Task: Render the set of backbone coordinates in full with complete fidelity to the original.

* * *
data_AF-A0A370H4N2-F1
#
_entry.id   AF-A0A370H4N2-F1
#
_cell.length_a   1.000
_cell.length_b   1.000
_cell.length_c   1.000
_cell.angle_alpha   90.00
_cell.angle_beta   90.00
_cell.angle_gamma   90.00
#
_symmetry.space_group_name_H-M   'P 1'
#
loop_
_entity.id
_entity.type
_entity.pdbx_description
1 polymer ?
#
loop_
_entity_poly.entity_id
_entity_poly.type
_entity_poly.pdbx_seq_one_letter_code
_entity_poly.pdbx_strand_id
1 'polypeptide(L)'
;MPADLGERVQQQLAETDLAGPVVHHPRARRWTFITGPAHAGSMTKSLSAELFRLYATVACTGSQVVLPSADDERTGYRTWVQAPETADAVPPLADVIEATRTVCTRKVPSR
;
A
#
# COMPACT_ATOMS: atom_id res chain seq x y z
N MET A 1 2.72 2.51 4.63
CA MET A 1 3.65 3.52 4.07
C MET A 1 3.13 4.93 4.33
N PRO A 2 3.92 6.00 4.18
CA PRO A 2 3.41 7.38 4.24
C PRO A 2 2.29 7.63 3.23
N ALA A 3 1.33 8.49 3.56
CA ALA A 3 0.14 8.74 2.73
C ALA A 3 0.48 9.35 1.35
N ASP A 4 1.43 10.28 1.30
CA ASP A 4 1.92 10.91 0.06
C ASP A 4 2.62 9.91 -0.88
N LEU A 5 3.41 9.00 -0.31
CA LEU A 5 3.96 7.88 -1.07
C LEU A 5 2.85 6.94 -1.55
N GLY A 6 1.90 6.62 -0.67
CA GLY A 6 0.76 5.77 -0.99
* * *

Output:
data_AF-A0A370H4N2-F1
#
_entry.id   AF-A0A370H4N2-F1
#
_cell.length_a   1.000
_cell.length_b   1.000
_cell.length_c   1.000
_cell.angle_alpha   90.00
_cell.angle_beta   90.00
_cell.angle_gamma   90.00
#
_symmetry.space_group_name_H-M   'P 1'
#
loop_
_entity.id
_entity.type
_entity.pdbx_description
1 polymer ?
#
loop_
_entity_poly.entity_id
_entity_poly.type
_entity_poly.pdbx_seq_one_letter_code
_entity_poly.pdbx_strand_id
1 'polypeptide(L)'
;MPADLGERVQQQLAETDLAGPVVHHPRARRWTFITGPAHAGSMTKSLSAELFRLYATVACTGSQVVLPSADDERTGYRTWVQAPETADAVPPLADVIEATRTVCTRKVPSR
;
A
#
# COMPACT_ATOMS: atom_id res chain seq x y z
N MET A 1 2.72 2.51 4.63
CA MET A 1 3.65 3.52 4.07
C MET A 1 3.13 4.93 4.33
N PRO A 2 3.92 6.00 4.18
CA PRO A 2 3.41 7.38 4.24
C PRO A 2 2.29 7.63 3.23
N ALA A 3 1.33 8.49 3.56
CA ALA A 3 0.14 8.74 2.73
C ALA A 3 0.48 9.35 1.35
N ASP A 4 1.43 10.28 1.30
CA ASP A 4 1.92 10.91 0.06
C ASP A 4 2.62 9.91 -0.88
N LEU A 5 3.41 9.00 -0.31
CA LEU A 5 3.96 7.88 -1.07
C LEU A 5 2.85 6.94 -1.55
N GLY A 6 1.90 6.62 -0.67
CA GLY A 6 0.76 5.77 -0.99